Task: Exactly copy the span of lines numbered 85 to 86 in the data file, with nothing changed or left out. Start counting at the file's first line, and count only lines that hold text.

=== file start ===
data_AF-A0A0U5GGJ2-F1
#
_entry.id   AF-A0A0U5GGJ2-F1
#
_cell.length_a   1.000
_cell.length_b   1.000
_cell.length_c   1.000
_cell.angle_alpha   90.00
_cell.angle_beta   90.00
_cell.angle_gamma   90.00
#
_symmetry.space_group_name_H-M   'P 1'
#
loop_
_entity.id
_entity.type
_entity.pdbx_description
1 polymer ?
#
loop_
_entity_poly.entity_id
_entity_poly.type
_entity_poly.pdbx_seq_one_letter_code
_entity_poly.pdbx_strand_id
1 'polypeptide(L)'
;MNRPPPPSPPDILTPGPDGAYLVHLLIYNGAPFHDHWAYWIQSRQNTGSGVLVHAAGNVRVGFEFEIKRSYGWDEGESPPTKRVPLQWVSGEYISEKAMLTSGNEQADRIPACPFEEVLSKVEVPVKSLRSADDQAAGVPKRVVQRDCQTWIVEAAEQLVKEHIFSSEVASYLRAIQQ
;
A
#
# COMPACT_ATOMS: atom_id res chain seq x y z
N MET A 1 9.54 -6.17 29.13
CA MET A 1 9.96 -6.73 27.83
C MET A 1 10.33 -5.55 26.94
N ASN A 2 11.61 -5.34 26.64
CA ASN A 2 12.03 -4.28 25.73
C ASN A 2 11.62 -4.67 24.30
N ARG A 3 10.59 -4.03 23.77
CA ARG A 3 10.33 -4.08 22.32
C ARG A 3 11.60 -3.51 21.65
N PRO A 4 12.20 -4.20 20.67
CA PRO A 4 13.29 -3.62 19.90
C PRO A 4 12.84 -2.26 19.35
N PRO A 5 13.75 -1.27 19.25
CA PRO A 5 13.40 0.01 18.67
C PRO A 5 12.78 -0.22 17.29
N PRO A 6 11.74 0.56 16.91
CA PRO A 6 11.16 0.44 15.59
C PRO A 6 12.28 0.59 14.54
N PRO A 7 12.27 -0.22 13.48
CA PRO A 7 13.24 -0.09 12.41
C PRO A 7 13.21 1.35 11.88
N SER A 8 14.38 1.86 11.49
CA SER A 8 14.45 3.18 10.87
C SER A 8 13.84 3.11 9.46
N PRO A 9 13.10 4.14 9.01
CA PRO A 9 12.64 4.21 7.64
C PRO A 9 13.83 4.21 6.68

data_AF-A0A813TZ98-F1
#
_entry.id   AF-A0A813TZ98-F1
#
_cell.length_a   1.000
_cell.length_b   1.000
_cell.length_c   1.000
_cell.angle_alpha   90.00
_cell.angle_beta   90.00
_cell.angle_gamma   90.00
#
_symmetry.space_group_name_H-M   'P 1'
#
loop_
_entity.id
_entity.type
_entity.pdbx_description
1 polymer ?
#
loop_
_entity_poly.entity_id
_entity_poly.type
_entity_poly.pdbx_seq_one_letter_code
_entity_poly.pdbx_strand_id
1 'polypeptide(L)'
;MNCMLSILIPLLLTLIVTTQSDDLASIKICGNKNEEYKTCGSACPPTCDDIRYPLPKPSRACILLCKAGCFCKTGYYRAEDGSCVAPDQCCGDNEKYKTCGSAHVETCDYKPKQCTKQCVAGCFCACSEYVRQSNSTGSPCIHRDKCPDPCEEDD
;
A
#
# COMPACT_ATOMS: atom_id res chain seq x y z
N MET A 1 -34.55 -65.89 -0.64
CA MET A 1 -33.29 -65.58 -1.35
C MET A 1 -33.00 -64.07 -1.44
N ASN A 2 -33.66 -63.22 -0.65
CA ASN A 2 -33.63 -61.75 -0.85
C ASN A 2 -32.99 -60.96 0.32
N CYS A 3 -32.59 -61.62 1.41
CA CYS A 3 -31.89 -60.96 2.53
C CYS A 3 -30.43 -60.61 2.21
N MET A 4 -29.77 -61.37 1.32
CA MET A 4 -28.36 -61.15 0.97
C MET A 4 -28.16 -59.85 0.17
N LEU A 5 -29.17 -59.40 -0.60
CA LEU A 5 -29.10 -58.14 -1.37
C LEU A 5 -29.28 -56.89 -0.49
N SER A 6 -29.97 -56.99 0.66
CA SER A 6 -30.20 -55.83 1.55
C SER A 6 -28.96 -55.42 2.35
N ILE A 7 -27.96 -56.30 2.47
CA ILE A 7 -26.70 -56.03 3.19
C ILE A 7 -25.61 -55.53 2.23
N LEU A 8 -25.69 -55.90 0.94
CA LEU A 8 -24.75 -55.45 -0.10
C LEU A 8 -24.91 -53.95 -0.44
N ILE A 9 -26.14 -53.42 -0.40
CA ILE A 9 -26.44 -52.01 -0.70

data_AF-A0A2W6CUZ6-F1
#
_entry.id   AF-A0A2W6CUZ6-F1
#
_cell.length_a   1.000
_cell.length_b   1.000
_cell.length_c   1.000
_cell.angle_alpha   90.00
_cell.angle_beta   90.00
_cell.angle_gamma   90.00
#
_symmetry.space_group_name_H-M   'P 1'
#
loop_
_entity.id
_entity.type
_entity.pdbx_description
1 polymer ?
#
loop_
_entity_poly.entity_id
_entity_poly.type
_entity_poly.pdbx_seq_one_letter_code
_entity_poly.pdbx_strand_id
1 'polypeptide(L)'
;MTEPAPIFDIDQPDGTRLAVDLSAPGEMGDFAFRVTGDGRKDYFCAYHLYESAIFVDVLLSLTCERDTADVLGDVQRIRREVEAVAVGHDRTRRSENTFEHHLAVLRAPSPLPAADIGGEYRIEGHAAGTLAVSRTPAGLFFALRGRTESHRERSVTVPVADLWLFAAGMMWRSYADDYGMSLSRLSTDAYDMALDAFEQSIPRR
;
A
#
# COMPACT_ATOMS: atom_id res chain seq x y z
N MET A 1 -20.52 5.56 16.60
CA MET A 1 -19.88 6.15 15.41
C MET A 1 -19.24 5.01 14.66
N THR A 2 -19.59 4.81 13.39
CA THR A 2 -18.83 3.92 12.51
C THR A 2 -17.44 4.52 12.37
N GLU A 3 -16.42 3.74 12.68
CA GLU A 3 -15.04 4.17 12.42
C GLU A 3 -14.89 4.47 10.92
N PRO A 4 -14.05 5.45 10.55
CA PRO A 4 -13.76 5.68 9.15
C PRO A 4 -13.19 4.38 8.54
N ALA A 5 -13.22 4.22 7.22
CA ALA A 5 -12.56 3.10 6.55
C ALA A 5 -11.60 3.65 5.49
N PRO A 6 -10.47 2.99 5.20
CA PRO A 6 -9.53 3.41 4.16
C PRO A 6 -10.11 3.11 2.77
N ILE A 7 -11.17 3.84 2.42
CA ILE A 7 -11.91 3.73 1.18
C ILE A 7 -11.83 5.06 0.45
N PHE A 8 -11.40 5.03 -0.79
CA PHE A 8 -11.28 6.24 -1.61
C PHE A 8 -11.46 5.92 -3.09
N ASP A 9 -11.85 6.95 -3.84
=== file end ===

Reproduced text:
A
#